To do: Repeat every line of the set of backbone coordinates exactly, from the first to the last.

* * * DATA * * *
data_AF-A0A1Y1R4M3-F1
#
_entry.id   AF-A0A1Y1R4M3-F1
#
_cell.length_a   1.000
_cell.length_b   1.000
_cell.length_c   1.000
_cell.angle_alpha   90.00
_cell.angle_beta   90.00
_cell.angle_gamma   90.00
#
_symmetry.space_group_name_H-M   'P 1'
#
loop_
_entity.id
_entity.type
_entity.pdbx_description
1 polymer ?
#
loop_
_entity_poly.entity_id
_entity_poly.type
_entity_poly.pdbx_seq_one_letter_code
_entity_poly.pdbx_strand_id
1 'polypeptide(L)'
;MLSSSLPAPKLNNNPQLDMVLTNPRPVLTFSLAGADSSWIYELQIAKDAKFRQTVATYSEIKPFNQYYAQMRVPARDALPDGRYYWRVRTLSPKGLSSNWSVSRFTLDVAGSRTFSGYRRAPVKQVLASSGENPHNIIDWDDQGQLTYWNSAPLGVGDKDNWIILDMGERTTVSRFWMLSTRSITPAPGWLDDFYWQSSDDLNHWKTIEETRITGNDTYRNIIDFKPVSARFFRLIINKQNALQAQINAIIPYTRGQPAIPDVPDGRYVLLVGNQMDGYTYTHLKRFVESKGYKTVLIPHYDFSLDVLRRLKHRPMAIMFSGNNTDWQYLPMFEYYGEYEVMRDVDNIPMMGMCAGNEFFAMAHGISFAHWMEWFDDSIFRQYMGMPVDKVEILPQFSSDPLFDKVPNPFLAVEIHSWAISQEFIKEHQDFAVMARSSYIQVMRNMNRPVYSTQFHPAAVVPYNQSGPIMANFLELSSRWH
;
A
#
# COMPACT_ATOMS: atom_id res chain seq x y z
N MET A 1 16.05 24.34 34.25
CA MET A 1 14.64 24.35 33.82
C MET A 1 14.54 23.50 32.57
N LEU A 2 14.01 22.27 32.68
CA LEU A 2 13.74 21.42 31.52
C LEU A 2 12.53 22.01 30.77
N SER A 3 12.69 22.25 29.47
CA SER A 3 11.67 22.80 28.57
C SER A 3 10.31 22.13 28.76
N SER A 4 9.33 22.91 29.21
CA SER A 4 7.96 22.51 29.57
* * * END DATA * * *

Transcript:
data_AF-A0A1Y1R4M3-F1
#
_entry.id   AF-A0A1Y1R4M3-F1
#
_cell.length_a   1.000
_cell.length_b   1.000
_cell.length_c   1.000
_cell.angle_alpha   90.00
_cell.angle_beta   90.00
_cell.angle_gamma   90.00
#
_symmetry.space_group_name_H-M   'P 1'
#
loop_
_entity.id
_entity.type
_entity.pdbx_description
1 polymer ?
#
loop_
_entity_poly.entity_id
_entity_poly.type
_entity_poly.pdbx_seq_one_letter_code
_entity_poly.pdbx_strand_id
1 'polypeptide(L)'
;MLSSSLPAPKLNNNPQLDMVLTNPRPVLTFSLAGADSSWIYELQIAKDAKFRQTVATYSEIKPFNQYYAQMRVPARDALPDGRYYWRVRTLSPKGLSSNWSVSRFTLDVAGSRTFSGYRRAPVKQVLASSGENPHNIIDWDDQGQLTYWNSAPLGVGDKDNWIILDMGERTTVSRFWMLSTRSITPAPGWLDDFYWQSSDDLNHWKTIEETRITGNDTYRNIIDFKPVSARFFRLIINKQNALQAQINAIIPYTRGQPAIPDVPDGRYVLLVGNQMDGYTYTHLKRFVESKGYKTVLIPHYDFSLDVLRRLKHRPMAIMFSGNNTDWQYLPMFEYYGEYEVMRDVDNIPMMGMCAGNEFFAMAHGISFAHWMEWFDDSIFRQYMGMPVDKVEILPQFSSDPLFDKVPNPFLAVEIHSWAISQEFIKEHQDFAVMARSSYIQVMRNMNRPVYSTQFHPAAVVPYNQSGPIMANFLELSSRWH
;
A
#
# COMPACT_ATOMS: atom_id res chain seq x y z
N MET A 1 16.05 24.34 34.25
CA MET A 1 14.64 24.35 33.82
C MET A 1 14.54 23.50 32.57
N LEU A 2 14.01 22.27 32.68
CA LEU A 2 13.74 21.42 31.52
C LEU A 2 12.53 22.01 30.77
N SER A 3 12.69 22.25 29.47
CA SER A 3 11.67 22.80 28.57
C SER A 3 10.31 22.13 28.76
N SER A 4 9.33 22.91 29.21
CA SER A 4 7.96 22.51 29.57